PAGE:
The important new People Living with Psychotic Illness study is the largest ever carried out in Australia on the impact of conditions such as schizophrenia.
The study was commissioned by the Australian Government, Department of Health and Ageing, and conducted by a team of experts which spanned the country. It provides an extraordinarily comprehensive insight into the impact of psychotic illness on the lives of Australians today.
SANE Australia is proud to be a partner in this project, and has produced People Living with Psychotic Illness: A SANE Responses which summarises the key findings and outlines the action needed in response to them. With health reforms being planned in a range of areas, including mental health, now is the time for Australian governments to ‘seize the day’ and make a real difference to the lives of people living with psychotic illness. See the ABC 1 '7.30' story on the launch of the Report, featuring SANE Speakers, David Braniff and Sandy Jeffs, as well as former SANE Executive Director, Barbara Hocking.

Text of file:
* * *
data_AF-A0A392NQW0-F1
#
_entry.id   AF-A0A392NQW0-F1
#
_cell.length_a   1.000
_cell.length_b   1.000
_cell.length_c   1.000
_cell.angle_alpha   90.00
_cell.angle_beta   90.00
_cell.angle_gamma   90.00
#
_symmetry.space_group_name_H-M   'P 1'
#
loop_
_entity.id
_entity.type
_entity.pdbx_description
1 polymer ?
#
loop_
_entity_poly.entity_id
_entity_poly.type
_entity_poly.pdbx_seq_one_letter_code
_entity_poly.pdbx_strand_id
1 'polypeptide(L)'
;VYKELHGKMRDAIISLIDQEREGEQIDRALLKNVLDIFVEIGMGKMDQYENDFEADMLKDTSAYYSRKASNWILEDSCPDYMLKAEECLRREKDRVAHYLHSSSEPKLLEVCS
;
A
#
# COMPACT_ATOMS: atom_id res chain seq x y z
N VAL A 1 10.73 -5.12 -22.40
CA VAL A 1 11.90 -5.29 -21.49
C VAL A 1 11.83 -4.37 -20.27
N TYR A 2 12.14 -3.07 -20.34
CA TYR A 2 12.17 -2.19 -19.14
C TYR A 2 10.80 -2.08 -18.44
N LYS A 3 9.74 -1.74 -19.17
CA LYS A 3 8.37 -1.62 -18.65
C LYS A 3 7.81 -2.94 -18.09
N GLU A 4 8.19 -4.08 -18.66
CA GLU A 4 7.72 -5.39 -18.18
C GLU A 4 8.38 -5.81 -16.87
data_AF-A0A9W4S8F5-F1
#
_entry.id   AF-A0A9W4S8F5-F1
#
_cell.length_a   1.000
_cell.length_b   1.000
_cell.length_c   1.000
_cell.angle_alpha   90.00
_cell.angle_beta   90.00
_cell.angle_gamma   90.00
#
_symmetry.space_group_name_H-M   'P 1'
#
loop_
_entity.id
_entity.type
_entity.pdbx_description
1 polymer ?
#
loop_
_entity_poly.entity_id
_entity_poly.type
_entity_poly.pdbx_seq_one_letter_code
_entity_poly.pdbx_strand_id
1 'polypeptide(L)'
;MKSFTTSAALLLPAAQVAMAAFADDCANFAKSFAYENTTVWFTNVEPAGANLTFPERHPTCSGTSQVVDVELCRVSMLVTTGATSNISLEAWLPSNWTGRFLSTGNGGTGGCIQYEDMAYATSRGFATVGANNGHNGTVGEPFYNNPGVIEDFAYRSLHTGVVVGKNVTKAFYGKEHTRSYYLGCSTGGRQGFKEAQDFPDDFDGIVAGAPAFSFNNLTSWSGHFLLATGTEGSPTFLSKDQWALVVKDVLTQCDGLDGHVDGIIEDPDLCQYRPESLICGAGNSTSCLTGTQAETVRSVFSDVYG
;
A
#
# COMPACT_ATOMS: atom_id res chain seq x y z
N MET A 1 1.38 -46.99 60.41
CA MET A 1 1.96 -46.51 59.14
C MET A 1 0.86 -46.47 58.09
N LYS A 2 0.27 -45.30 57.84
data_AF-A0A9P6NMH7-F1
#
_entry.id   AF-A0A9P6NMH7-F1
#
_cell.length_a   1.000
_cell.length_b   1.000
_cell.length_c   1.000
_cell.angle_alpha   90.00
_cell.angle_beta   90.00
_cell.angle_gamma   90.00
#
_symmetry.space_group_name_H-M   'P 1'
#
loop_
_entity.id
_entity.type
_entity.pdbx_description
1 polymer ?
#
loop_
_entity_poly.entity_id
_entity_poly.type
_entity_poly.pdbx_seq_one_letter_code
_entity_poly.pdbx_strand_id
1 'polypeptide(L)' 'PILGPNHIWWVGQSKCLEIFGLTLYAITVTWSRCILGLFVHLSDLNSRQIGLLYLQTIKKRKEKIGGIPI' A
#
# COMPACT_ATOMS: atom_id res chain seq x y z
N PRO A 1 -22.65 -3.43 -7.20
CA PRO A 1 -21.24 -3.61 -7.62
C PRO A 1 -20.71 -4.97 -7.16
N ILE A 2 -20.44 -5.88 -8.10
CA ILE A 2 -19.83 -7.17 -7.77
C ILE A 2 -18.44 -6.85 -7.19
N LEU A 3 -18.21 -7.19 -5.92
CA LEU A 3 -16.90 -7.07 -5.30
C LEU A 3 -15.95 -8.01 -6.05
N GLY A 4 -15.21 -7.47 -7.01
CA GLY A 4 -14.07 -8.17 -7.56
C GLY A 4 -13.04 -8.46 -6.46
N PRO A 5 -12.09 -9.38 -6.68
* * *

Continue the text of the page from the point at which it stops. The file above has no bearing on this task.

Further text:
Download David's speech at the Parliament House.
|1||How many are affected?
Sixty-four thousand people with psychotic illness are in contact with public mental health services every year. Two in three experience their first episode before the age of 25 . . .
|2||Who is affected?
People with psychotic illness are more likely to be male, living alone and have disrupted education . . .
|3||What are the effects
Psychotic illness often has a severe impact on ability to function in daily life . . .
People with psychotic illness are experience very poor physical health, and are more likely to attempt suicide than the general population . . .
|5||Mental health services
People with psychotic illness are the predominant users of mental health services, and make heavy, regular use of other health services . . .
Mental health non-government organisations (NGOs) provide a range of services, and are highly valued by people living with psychotic illness . . .
People with psychotic illness see their GP nine times a year on average: almost twice as often as the general population . . .
|8||A home and a job
People with psychotic illness have a very high rate of unemployment and are at greater risk of homelessness . . . .
Nearly a quarter of people with psychotic illness reported feeling socially isolated and lonely. One in eight had no friends at all . . .
The People Living with Psychotic Illness study provides compelling evidence of the need to improve our mental health services, and recommendations on this are spelled out under Action on every page of A SANE Response . . .
Download People Living with Psychosis: A SANE Response (1.5 MB)
A copy of the full report is available here from the Australian Government, Department of Health and Ageing.